By Anne Neumann
This book was way more depressing than I’d anticipated, and I already knew it was called The Good Death. Author Ann Neumann was inspired to research and write this book after she spent a year caring for her dying father. After he passed, she wondered whether he’d had a ‘good death,’ and what that even means in our world. I was interested to read it, of course, because I have some questions about that, myself.
I was looking for a more personal, introspective look at what death means in our lives and how we judge other people’s death, but Neumann is a journalist, and quickly veers off into wider-scope political and institutional controversies around end-of-life care.
After a brief personal introduction of Neumann’s inspiration, the book begins with looking at end-of-life “comfort care,” and how the health care and legal industries define the boundaries of palliative care vs. medical intervention. Because her father had mentioned it as he declined, she discusses assisted suicide, analyzing the arguments made by advocates and protestors. This leads Neumann to further explorations on forced feeding, capital punishment, and disability activism. There are clear linkages between the topics, but the book feels a bit loose and tangled as a whole. It asks a lot of questions and inspires a lot of thought on difficult topics, but doesn’t reach many conclusions.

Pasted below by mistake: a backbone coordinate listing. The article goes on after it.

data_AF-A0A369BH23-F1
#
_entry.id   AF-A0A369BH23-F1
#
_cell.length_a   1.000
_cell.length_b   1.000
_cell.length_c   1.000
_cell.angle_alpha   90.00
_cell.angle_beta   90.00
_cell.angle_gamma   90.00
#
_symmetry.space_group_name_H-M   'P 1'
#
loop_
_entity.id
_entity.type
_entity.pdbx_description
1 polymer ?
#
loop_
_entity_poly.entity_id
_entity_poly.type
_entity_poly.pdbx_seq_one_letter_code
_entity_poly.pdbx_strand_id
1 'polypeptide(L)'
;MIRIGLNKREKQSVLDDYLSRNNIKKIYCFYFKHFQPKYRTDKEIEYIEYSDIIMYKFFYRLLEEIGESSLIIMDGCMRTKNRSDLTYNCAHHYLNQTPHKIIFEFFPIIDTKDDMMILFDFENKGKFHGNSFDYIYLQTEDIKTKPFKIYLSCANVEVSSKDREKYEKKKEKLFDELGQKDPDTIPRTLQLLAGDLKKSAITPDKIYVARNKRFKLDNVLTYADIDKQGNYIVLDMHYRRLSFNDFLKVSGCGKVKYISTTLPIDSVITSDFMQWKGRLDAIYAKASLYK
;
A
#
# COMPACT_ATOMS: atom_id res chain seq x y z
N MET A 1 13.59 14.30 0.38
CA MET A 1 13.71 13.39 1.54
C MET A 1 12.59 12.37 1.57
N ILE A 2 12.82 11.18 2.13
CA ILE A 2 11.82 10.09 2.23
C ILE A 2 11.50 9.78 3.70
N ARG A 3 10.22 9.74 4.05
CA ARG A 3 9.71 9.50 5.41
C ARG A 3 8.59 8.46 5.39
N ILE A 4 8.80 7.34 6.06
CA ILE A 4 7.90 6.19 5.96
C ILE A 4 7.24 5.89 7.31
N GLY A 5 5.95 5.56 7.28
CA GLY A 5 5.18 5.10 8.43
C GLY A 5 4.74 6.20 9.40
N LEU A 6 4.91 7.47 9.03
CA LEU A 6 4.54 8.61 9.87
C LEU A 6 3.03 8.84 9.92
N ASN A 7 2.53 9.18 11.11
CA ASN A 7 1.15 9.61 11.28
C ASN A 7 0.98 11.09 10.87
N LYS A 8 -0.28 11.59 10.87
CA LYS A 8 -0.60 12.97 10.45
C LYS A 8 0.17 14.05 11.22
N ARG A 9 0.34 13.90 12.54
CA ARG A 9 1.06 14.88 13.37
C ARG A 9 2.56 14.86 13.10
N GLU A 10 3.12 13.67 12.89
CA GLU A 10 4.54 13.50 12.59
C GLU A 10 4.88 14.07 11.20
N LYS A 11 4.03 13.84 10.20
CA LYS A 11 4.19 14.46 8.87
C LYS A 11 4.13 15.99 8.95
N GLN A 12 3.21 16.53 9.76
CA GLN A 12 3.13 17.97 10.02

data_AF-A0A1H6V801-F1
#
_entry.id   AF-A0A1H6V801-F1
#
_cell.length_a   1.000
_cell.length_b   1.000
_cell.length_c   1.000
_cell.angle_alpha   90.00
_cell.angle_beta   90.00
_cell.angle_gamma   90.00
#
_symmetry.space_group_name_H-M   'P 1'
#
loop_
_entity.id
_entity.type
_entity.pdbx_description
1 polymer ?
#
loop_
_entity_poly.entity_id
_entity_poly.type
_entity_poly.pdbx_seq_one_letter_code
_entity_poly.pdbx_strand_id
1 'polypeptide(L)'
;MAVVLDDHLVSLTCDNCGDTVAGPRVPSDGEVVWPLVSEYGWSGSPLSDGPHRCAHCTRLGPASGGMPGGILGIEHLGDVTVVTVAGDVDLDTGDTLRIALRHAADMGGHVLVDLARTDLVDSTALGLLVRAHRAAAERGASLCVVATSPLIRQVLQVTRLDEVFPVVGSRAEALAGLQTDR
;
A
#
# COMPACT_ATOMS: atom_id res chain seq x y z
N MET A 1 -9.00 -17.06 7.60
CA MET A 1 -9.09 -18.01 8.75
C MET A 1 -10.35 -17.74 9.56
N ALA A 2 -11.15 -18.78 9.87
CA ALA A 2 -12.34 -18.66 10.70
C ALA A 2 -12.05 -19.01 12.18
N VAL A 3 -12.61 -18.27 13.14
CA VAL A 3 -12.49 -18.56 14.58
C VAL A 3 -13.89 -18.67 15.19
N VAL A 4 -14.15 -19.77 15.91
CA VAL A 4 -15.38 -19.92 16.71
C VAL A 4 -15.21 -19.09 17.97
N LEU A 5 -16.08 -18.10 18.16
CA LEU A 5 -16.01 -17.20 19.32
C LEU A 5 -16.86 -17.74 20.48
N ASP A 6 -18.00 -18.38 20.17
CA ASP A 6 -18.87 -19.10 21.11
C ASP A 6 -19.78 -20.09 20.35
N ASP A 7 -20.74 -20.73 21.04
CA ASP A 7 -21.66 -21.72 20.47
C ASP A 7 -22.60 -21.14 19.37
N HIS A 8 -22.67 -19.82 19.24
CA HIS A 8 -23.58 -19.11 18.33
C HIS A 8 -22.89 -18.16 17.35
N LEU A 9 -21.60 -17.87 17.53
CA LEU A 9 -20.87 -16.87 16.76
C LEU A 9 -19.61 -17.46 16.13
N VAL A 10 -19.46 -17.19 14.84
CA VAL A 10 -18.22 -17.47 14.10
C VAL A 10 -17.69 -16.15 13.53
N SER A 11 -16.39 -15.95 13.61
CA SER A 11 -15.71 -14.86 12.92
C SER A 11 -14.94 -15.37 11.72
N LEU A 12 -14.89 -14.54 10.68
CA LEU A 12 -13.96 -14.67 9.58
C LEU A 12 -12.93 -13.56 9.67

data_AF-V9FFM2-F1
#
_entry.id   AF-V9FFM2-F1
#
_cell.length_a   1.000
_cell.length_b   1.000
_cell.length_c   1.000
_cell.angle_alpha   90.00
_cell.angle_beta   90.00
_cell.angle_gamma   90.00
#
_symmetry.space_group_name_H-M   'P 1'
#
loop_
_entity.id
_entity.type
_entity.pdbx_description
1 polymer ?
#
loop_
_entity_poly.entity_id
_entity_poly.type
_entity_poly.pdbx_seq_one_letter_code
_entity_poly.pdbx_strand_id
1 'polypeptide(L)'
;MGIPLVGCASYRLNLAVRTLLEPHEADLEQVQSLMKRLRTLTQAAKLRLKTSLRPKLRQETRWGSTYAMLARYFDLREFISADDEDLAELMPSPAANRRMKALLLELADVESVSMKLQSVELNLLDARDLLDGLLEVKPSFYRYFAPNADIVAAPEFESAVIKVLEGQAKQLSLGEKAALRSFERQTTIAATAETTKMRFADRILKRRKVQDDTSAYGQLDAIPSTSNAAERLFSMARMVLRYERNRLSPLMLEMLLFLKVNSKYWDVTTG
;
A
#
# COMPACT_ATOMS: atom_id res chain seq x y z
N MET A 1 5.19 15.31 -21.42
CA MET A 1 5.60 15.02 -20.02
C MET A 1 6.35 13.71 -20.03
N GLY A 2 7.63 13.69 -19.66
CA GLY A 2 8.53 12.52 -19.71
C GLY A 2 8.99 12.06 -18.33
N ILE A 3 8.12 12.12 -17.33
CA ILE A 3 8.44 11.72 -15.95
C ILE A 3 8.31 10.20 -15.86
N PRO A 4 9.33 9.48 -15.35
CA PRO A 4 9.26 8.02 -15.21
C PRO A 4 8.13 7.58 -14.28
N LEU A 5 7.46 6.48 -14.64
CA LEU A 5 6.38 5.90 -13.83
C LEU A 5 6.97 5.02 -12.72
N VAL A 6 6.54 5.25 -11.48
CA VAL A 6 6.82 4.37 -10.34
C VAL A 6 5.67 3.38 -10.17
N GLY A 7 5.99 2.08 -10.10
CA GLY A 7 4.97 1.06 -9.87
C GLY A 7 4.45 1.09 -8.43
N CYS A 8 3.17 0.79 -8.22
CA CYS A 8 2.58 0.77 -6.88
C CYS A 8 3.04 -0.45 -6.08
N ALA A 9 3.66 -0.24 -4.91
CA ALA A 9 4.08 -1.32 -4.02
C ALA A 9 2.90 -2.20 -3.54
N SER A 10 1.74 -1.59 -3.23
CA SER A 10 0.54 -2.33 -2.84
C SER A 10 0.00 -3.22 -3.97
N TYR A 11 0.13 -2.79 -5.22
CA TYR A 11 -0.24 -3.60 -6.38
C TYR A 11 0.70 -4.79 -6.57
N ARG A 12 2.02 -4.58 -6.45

She does weave personal stories throughout, initially from her experience caring for her father and later as a volunteer with Hospice, and those parts were the most interesting to me, her witnessing the ends of different lives, but also the least deeply explored. I imagine that the journalism experience that benefits her when untangling legal documents and political arguments perhaps hobbles her in more personal reflection.
I was glad to read it because it inspired me to really explore some of my assumptions around life and death, but I finished the book feeling that everything was just in a bit of a mess, and there was no clear way to fix things in the future.
On a more cheerful note, I am completely entranced (possibly to an unhealthy degree) by the DC Eagle Cam, live-streaming an eagle family of two adults and two eaglets nesting in the National Arboretum. The adults are such good parents, and the eaglets are completely precious and growing quickly!